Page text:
John Metcalfe of The Atlantic Cities has long covered the wonderful and weird world of global embargoes, injunctions, and formal no-no's with an ongoing weekly column titled, most appropriately, This Week in Bans. This week’s special installment zeros in on the good ol’ US of A and just some of the delightful prohibitions that will be or already have been enacted by legislatures across the country in 2013. There’s more than a couple of doozies on the list including necrophilia (Illinois), cat hoarding (Wellington, Kan.) and eating horse meat (Snohomish, Wash.). However, perhaps the most notable ban of 2013 comes from the historic Boston 'burb of Concord, Mass., where the town brass has moved to rid store shelves of small and standard-size single-serving plastic water bottles.

The ban took effect on Jan. 1 after Article 32, the centerpiece of an impassioned three-year campaign headed by feisty 85-year-old activist Jean Hill, passed 403-364 during a Concord town meeting in April. In September, Massachusetts Attorney General Martha Coakley gave her full blessing to the new bylaw. As of earlier this week, Concord is now one of the first, if not the first, city or town in the nation where it’s illegal for stores to peddle wasteful yet painfully ubiquitous drinking vessels that are sometimes recycled into nifty/gimmicky products but most often are not. Many American universities have restricted or banned the on-campus sale of bottled water, but again, Concord is the first town or city in the nation to my knowledge that's taken a similar stance.

Repeat offenders found to be in violation of the new bylaw can face up to a $50 fine. First and second time offenders are given a warning or slapped with a $25 fine, respectively. Exceptions will be made for emergency situations that affect “the availability and/or quality of drinking water to Concord residents."

The Town of Concord website sums up the game-changing bylaw: "It shall be unlawful to sell non-sparkling, unflavored drinking water in single-serving polyethylene terephthalate (PET) bottles of 1 liter (34 ounces) or less in the Town of Concord on or after January 1, 2013.”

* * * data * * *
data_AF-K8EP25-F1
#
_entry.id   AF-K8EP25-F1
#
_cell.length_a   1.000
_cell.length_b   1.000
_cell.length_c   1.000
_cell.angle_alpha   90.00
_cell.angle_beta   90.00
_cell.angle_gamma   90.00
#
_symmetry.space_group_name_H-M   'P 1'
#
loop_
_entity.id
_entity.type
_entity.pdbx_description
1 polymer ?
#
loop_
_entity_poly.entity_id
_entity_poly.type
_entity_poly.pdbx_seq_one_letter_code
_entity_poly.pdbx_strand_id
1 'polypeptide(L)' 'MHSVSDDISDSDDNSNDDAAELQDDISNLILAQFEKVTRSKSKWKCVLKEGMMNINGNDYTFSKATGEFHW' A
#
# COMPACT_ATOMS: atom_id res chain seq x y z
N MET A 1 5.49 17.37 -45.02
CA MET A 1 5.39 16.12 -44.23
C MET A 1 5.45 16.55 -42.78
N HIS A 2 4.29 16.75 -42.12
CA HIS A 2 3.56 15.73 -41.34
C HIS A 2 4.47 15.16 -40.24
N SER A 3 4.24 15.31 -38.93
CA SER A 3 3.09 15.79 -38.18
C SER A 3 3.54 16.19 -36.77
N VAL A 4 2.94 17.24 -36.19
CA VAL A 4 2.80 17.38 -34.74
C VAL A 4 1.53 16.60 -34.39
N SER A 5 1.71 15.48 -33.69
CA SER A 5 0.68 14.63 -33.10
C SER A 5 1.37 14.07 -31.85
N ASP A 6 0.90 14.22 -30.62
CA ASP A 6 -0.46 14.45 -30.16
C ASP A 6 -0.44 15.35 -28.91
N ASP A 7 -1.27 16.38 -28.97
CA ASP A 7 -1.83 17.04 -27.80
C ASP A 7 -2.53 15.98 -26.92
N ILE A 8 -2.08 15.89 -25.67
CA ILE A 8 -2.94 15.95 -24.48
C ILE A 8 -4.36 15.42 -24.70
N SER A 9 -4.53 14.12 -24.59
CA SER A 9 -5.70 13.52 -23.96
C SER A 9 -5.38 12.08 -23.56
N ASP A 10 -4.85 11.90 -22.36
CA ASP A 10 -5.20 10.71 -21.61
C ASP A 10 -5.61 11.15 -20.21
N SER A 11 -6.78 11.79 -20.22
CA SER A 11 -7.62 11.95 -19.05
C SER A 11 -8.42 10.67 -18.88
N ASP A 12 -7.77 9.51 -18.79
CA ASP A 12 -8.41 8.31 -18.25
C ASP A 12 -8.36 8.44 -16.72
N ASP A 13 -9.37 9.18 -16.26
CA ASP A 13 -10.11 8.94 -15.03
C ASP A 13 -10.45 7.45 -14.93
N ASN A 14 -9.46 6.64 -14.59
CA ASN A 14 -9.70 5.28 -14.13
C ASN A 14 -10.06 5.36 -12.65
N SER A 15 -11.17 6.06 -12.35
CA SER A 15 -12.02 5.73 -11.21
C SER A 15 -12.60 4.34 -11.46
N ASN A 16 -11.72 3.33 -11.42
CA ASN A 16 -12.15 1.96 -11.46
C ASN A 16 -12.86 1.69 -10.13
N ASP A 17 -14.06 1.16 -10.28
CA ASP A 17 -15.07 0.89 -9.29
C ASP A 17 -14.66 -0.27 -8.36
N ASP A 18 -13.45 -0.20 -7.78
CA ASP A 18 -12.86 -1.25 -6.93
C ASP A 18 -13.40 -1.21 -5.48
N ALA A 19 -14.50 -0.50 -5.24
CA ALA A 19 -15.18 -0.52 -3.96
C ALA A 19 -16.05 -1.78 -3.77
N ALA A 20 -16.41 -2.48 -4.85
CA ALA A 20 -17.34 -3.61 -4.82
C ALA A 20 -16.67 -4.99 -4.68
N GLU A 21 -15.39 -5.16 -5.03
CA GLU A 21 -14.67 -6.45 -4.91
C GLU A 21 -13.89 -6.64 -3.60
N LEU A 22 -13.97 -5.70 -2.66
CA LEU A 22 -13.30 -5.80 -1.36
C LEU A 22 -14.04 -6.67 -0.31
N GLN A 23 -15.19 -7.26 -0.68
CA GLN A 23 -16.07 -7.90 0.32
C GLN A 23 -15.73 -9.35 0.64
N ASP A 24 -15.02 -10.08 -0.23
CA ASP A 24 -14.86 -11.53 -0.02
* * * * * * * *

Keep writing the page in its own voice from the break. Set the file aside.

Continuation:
Simple enough.

Obviously, possession of single-use 1 liter plastic water bottles is not verboten in Concord and it’s expected that many residents will simply get their fix by traveling to nearby towns and purchasing the forbidden product there. I know more than a few people (hi Mom!) who would be forced to stock up on bottled agua in neighboring Acton, Bedford, or Sudbury if they lived in Concord. And on that note, businesses in Concord are none too pleased with the new bylaw although they aren’t prohibited from selling bottled water in containers that are larger than 1 liter. The sale of 1 liter sodas and other flavored beverages is also still permitted.

Like its also-banned-in-some-places cousin, the single-use plastic shopping bag, the throwaway water bottle has a mighty adverse impact on the environment. According to local environmental group Concord Conserves, the bottled water industry produces as much carbon dioxide as 2 million cars. On a local scale, discarded and recycled plastic water bottles add 45 tons each year to Concord’s waste stream. Nationally, it’s estimated that less than 25 percent of plastic water bottles are recycled. And these stats are just the tip of the proverbial iceberg.

I’d love to hear your thoughts whether you live in Concord or not. Do you think the new law is too extreme, not very practical, and/or too tricky to enforce? Or do you think it’s just the start of something good that could potentially spread to other towns — and perhaps even larger cities — in the coming years?

Personally, I'm all for it although I do fully understand some of the arguments against it. I also have to wonder if — in a town filled with gas stations and mini-marts that are completely devoid of 1 liter bottled water — some consumers will simply opt to buy unhealthy beverage choices instead. One thing is for sure, however:  Concord's most famous native son, Henry David Thoreau, is smiling down on his birthplace from simple living heaven. That's one dude who would most definitely have drunk from the tap.

Via [The Atlantic Cities], [Huffington Post]

Related post on MNN: 5 reasons not to drink bottled water

MNN tease photo of bottled water: Shutterstock

Matt Hickman ( @mattyhick ) writes about design, architecture and the intersection between the natural world and the built environment.

With new bylaw, Concord opens the floodgates for bottled water bans
Concord, Mass.,officially becomes one of the first municipalities in the U.S. to outlaw the sale of standard-sized, single-use plastic water bottles.